How rumors undermine staff trust—and 6 ways to quell them

Watercooler talk isn’t always about the big game, the Oscars or the next holiday weekend. Too often, gossip is the hot topic. Here’s how to keep destructive speculation to a minimum.

How to stop office gossip

Psssssst. Want to hear something juicy?

Workplace gossip could be undermining your organization.

Rumors—regardless of how outlandish or inaccurate they are—can damage morale, foment cynicism and lower productivity. Rumors circulate amid organizational change, new leadership, mergers and acquisitions, media attention and more. Once they take root, they can be difficult to remove.

There is a remedy: Effective internal communications can quell rumors, even eradicate them before they take seed.

Follow these six tips to combat rumors:

1. Provide a constructive outlet.

When it comes to spreading workplace rumors, email is a prime culprit. About one in seven work emails could be considered gossip, and it’s nearly three times as likely to be negative as positive.

It’s not always possible to prevent rumors, so instead, provide a positive outlet for feedback.

Circulate a staff survey to canvass opinions on hot topics. Staffers can air their feelings, and managers can gauge the mood of the workplace. Anonymity encourages staff participation, and built-in reporting makes extracting insights easy.

2. Share regular updates.

No news is definitely not good news. Rumors spread in a vacuum, and the absence of communication is more likely to breed speculation than bury it.

Maintaining a system of regular communication is vital—even if there’s nothing new to say. For staff, hearing from managers regularly reinforces a sense of transparency and reassures them that nothing insidious is being hidden.

Of course, that isn’t to say that absolutely everything should be shared. Commercial sensitivities will preclude the airing of certain details, but regularly updating as much as reasonable is valuable in itself. A well-designed digital newsletter can be highly effective.

3. Be forthright.

A business run behind closed doors is a business where rumors fester. To nip these in the bud, tackle them head on. That means fronting up in person.

Addressing rumors is always more effective when done face to face. For staff, this conveys credibility and openness. If this isn’t feasible, for example if you operate a chain of remote offices or retail stores that would be difficult to visit, use video instead.

One popular approach to this is to run an Ask Me Anything (AMA) session with your CEO or other senior management. Ensure they’re sufficiently prepped to outline the company position convincingly and to handle likely questions from the staff.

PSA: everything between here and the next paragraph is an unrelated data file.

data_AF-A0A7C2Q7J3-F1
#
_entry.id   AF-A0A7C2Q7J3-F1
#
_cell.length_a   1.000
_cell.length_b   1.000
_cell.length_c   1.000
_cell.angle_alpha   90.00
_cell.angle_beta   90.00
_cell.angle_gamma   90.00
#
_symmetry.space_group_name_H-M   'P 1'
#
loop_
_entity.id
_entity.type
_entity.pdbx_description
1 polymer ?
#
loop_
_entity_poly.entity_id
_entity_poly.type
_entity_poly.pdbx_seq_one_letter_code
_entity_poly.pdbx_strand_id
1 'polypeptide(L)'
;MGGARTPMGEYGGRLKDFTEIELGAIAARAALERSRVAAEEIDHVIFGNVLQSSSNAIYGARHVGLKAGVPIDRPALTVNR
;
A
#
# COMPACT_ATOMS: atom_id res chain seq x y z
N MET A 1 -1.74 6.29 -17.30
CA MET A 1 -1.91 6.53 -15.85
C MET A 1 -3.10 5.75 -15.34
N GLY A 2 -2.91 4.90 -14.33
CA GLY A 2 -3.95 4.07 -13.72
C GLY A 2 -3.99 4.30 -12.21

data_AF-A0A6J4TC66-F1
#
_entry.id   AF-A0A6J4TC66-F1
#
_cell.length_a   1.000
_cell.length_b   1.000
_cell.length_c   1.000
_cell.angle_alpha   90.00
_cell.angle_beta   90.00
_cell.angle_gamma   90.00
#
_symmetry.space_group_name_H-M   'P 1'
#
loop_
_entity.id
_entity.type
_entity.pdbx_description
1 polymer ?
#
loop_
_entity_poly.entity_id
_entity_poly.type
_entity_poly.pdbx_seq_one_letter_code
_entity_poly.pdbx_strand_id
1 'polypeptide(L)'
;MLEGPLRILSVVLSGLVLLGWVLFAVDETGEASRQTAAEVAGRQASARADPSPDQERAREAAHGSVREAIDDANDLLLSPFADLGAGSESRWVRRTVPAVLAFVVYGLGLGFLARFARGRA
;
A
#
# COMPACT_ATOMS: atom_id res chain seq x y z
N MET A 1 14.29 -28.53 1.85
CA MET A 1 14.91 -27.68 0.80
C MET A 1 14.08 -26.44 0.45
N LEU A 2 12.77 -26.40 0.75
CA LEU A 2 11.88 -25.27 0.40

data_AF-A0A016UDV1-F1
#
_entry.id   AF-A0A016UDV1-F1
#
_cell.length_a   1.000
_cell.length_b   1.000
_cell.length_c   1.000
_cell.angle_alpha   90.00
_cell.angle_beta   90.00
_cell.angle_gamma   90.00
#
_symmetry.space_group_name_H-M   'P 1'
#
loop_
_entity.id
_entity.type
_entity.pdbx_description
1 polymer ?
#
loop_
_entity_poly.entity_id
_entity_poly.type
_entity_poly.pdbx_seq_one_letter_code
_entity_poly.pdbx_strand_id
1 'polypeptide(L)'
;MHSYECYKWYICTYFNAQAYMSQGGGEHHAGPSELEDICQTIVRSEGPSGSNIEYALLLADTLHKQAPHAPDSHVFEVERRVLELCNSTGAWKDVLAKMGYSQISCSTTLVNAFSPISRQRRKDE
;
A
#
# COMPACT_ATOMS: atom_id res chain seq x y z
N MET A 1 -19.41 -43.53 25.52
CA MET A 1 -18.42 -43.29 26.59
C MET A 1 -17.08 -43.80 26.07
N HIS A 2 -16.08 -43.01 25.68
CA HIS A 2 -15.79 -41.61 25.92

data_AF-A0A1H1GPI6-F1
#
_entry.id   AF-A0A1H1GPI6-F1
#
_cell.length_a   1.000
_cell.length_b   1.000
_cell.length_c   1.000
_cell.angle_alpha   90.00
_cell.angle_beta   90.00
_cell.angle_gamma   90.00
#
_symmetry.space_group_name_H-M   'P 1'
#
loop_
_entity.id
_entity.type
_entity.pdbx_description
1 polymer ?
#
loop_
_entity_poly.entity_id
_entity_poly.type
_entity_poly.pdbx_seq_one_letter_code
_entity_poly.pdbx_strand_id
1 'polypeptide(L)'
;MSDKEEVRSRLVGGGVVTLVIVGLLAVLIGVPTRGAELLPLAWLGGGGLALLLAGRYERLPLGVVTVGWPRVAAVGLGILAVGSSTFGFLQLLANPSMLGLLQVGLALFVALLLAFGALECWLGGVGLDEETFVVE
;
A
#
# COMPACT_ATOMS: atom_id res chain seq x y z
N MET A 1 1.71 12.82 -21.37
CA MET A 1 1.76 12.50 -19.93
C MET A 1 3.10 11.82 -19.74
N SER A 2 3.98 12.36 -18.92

4. Uncover underlying trends.

It’s best to anticipate harmful rumors before they begin, but that requires detective work.

Take a proactive approach to your intranet forums and social media channels. Analyze the content for threads suggesting dissatisfaction. Are there common denominators in subjects, teams, locations etc?

Respond to subject-based issues through staff surveys, AMAs or other channels. Address team or location-based issues through messages delivered by line managers.

5. Share results and outcomes.

How’s that new product line performing? How did the presentation to that potential big customer go? Where did we finish up last quarter?

Organizations have significant events happening all the time, from major projects to sales pitches to quarterly reports. If internal communicators have been doing their job right, employees will be aware of all these, in some cases eagerly awaiting the results.

It’s crucial to share the results with staff, even when outcomes are disappointing. Few things foster unproductive speculation more than conspicuous absence of awaited information.

Share the results equally with all staff, including mobile workers, people in remote offices and those working in non-desk roles.

6. Affirm correct behavior.

Reinforce your expectations through passive internal communication channels such as corporate screensavers or wallpapers. It’s a gentle yet official reminder of what proper comportment looks and sounds like.

It can even be a positive force in the workplace, so the only watercooler talk is about how great it is to work there.

Michael Hartland is an internal communication specialist at SnapComms.

COMMENT

One Response to “How rumors undermine staff trust—and 6 ways to quell them”

    Adam Schair says:

    Nature abhors a vacuum. As well-stated in this article, when there is a lack of transparent communications, employees will fill in the information; and it is rarely with information that is positive or helpful.

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